I remember back in 1977 when my dad took me to see Star Wars. I was about 5 years old and it was called Star Wars, not episode IV or anything like that. I can remember that quite vividly even now, and going with him to see The Empire Strikes Back, and Return of the Jedi. It kindled that early love of Sci-Fi in me, and also just spending time with my Dad, doing stuff. When the next three films came out, the prequels, I took him to see them. Now “The Force Awakens”, has been released he’s not been in the best of health, and so we didn’t make it to the cinema to see the film, and I didn’t particularly feel like going by myself, so I bought him it for Father’s Day. I had already seen it, as I was given a copy myself and I thoroughly enjoyed it and am looking forward to the next two, and the various spin offs that have been talked about.

I’ve also watched  “Avengers: Age of Ultron”, again well after it was in cinemas, and indeed released on DVD. I like the Marvel films, and although I didn’t think this was as good as some of the others I did enjoy it. It had some good “new” characters, and allowed the existing actors to develop their characters and their relationships a little more. Recommended.

We saw the remake of “Dad’s Army” just a couple of weeks ago, again, one that I missed when it was in the cinema but a film I wanted to see. I was pleasantly surprised with it. The film stayed close enough to the original series to play a good homage to it, but was different enough to be original. I don’t think it could ever really replace the original TV series, as that is ingrained too much, certainly in my psyche, and I suspect many other people’s too, but it was enjoyable and again I would recommend.

TV watching has been a little sparse, I think due to the time of year, so we have not had the thing on all that much, but I have enjoyed watching “Rick Stein’s Long Weekends”, part cookery, part travel. Essentially if you don’t know about it, this is chef Rick Stein going away for a “long weekend” and exploring both the local area, and cuisine he finds there. It seems to be on a break at the moment, as I think there have been five episodes so far, but it’s a ten part series. If memory serves he’s been to (Bologna, Berlin, Reykjavik, Vienna & Bordeaux). Not sure when the other five are likely to be on, but if you get a chance to watch it, I’d recommend it.

Life In General

I’d say this quarter has been slightly harder than the last. I’m conscious that my mind is much more on work than perhaps it should be or more correctly put about where the next job is coming from.

I’d like to be writing more, and I have been to an extent here on the blog, but although it’s read by quite a few people it’s not a massive audience, and I’m thinking about other potential avenues where I might be able to do that more, and who knows, potentially generate a little income from that.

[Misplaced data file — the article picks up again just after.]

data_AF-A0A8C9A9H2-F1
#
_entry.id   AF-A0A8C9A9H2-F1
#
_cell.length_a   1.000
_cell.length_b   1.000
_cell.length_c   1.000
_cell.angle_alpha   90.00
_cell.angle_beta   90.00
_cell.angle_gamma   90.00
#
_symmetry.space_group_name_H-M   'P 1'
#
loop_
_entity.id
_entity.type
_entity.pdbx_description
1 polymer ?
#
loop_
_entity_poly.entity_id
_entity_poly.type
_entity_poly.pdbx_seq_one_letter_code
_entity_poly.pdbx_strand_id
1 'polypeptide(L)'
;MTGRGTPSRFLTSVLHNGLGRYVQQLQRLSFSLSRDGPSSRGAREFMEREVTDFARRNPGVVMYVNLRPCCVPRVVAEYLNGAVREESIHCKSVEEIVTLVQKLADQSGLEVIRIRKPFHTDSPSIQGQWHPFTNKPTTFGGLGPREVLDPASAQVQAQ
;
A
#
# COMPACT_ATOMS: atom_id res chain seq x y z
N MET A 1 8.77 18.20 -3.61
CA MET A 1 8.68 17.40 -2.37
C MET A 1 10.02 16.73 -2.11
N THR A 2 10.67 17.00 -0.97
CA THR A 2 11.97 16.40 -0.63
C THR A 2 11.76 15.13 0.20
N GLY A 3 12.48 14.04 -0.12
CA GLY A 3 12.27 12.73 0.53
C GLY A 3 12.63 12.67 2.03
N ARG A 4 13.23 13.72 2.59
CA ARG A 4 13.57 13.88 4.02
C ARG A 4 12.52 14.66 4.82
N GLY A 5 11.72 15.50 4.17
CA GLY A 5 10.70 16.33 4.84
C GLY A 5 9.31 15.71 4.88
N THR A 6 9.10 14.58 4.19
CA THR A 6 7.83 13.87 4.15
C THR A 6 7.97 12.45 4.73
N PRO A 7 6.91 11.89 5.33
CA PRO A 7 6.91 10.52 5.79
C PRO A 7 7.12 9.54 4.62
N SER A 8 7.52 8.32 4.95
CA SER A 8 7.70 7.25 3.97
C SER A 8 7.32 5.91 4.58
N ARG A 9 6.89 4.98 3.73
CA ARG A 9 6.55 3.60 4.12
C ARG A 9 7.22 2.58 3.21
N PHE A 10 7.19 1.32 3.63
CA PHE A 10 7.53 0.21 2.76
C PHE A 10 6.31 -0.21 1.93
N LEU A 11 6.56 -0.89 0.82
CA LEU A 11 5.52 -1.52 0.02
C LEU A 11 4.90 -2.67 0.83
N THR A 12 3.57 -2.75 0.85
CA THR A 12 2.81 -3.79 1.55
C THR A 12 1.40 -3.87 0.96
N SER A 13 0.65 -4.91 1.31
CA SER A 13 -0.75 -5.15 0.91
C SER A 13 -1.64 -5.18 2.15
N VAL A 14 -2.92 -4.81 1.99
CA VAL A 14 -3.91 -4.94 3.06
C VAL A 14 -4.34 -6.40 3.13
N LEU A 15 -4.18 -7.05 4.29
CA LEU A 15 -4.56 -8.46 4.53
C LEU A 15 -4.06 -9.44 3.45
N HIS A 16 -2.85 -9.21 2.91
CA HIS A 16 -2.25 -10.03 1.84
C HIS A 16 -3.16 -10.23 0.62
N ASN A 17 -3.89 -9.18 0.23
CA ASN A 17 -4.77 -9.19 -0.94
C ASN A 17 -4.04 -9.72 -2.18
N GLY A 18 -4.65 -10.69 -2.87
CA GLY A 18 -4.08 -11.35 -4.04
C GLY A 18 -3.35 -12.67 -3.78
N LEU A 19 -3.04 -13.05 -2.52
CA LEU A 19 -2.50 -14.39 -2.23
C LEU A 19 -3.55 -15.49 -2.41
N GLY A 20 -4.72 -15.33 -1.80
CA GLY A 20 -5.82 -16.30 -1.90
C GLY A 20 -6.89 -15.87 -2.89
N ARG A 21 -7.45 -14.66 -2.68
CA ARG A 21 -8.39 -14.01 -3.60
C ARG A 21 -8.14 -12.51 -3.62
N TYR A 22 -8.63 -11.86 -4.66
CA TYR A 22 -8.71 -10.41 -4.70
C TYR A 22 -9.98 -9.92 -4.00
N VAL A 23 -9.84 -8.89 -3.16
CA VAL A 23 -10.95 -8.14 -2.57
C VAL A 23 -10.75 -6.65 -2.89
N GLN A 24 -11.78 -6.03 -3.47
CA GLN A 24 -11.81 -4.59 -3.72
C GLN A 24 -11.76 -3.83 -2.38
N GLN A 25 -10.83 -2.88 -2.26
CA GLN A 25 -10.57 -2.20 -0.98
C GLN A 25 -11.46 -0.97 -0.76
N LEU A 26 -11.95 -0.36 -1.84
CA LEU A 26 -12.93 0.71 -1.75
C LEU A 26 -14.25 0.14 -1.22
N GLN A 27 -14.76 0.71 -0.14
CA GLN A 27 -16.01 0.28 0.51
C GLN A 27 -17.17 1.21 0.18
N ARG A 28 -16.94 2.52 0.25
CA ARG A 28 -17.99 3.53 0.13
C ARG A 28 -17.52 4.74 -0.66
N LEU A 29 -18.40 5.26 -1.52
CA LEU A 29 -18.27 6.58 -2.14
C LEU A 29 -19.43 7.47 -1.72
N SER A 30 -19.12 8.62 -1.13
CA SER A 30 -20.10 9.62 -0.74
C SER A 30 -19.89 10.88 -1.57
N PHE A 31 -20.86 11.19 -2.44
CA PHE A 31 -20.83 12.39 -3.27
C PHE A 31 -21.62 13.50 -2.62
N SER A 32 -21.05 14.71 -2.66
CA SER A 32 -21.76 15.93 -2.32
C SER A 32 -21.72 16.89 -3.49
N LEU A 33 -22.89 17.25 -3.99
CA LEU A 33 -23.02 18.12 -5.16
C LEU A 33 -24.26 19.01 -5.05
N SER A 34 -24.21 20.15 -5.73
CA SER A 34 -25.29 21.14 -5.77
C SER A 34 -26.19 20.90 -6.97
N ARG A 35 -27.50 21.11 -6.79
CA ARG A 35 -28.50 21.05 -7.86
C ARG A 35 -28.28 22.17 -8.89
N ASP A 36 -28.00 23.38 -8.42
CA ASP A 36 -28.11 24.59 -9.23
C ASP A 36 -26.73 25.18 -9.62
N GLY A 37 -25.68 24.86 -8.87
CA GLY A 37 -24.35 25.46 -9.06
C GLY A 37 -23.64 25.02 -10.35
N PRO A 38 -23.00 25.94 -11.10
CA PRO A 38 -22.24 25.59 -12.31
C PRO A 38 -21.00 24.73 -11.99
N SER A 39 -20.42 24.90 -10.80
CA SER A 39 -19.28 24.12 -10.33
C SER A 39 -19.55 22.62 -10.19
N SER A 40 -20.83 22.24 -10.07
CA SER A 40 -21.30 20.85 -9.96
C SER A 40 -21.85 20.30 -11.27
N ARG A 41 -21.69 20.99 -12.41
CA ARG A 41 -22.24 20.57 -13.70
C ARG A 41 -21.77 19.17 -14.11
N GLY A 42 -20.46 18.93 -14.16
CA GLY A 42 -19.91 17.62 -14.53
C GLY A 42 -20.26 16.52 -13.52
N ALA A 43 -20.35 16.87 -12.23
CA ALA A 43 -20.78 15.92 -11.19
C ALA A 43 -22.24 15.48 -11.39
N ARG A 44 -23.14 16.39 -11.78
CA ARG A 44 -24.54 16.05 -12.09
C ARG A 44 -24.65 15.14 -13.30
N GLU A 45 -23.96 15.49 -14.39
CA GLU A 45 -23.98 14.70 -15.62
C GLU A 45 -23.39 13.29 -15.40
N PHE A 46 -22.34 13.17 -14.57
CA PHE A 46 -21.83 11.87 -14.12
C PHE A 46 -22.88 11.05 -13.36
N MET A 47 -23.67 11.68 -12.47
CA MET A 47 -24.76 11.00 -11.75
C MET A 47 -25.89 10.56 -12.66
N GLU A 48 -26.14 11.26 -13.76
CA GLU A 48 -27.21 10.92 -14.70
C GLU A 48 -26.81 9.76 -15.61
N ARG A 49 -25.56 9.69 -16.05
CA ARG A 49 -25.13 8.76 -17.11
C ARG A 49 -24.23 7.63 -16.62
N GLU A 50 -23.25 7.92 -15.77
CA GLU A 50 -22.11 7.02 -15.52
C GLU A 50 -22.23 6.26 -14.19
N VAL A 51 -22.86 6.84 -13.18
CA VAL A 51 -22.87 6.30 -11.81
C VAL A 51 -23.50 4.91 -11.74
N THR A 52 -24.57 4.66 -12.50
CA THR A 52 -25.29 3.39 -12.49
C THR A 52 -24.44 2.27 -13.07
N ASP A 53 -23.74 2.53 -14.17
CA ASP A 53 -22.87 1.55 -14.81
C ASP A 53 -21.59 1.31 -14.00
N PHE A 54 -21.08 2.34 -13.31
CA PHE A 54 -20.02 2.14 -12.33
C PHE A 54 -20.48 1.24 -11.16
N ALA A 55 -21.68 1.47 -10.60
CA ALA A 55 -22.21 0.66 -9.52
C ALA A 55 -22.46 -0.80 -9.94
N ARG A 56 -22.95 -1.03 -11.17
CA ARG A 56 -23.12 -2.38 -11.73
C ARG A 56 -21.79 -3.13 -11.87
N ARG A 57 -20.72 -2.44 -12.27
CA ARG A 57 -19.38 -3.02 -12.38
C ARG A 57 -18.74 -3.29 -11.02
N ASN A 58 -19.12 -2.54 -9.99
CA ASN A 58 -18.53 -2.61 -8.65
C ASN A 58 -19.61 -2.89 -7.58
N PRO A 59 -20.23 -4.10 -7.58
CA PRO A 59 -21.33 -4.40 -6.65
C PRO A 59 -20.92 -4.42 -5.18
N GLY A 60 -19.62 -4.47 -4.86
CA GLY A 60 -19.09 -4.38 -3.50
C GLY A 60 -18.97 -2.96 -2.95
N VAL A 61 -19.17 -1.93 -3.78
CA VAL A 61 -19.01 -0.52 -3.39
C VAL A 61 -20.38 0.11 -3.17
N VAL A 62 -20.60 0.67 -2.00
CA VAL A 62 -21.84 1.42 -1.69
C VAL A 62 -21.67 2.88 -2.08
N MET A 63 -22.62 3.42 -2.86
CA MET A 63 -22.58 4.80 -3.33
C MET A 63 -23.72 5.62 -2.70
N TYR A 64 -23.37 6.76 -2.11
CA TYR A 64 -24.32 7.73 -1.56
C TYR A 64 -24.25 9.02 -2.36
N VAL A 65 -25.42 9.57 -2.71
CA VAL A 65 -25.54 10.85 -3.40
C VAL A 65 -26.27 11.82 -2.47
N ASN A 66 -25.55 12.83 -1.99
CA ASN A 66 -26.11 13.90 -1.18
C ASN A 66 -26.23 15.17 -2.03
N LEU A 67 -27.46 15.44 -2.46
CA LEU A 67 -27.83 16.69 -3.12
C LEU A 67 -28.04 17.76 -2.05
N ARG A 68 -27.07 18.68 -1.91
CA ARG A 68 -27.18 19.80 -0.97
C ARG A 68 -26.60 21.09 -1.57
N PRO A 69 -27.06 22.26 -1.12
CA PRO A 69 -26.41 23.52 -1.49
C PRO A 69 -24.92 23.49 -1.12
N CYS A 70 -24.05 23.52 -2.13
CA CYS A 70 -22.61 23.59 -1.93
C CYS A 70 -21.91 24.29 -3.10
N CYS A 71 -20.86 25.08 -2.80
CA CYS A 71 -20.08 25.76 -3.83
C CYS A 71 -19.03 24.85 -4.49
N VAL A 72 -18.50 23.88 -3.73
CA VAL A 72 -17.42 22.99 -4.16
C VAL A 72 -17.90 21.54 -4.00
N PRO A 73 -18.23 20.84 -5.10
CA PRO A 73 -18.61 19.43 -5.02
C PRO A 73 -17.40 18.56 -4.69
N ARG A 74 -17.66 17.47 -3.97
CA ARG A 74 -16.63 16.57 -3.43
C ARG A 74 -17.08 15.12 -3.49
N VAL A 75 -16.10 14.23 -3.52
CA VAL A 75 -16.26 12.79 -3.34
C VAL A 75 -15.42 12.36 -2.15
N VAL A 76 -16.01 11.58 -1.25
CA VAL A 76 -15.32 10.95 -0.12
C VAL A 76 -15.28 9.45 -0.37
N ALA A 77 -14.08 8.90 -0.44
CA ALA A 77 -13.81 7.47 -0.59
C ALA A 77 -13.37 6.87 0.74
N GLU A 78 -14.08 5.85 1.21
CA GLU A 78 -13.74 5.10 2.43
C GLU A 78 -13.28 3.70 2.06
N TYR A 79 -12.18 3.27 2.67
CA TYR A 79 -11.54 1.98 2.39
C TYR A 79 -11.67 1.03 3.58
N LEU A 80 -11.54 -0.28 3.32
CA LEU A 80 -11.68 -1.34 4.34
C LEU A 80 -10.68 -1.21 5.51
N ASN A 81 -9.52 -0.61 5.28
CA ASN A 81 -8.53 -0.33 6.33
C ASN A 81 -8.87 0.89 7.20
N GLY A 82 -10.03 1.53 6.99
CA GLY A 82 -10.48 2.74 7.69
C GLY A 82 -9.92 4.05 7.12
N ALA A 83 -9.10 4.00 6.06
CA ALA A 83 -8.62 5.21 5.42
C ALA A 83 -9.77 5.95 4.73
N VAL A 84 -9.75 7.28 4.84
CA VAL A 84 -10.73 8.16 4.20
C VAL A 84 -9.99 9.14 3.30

Overall though life is good. I’m still settling in to my new “job” I think, and have more to learn about that, but otherwise I can’t really grumble.

3 thoughts on “Second Quarter Review 2016

  1. Very nice, Alan. I wish you much success in your endeavours and plans for the future. I know, it isn’t easy leaving the perceived “security” of a full-time job working for a company/corporation. But, really, when to think about it, working at a job where it can be terminated at a drop of a hat by someone sitting in a boardroom somewhere is less secure that what we have working for ourselves. At least, being self employed, you have control over the situation. I feel much more secure over my future, sitting out here in the middle of a field, in my little acreage.

    Looks like you’ve certainly been keeping yourself busy. Keep up the great work!

    (warning: shameless plug ahead) For what ever you have in mind, if you need webspace and need of a CMS, let me know.

    Here’s to a happy and productive summer! Cheers!

  2. Hi David, It’s funny, but I don’t think I’ve been any busy than normal, I think with the quarterly reviewing rather than annual it just looks that way because I’m better able to remember what went on, which was kind of what I wanted to achieve, so that’s good!

    Although it’s been almost a year since I left the more “corporate” job, I think it’s still taking me time to adjust and remember that work won’t be the same consistent flow that it was before, but I’ll get there no doubt at some point!

    I’m not sure yet how things will plan out, but you were already on my list for webspace and stuff – I do want at some point to move this to a self-hosted blog, but it doesn’t make sense to do that just yet.

    Thanks for reading and for commenting.

    1. I think your approach to your self employment is correct; I tend to do things in “baby steps” as well. You’ll find your stride, I’m quite sure of it.

Comments are closed.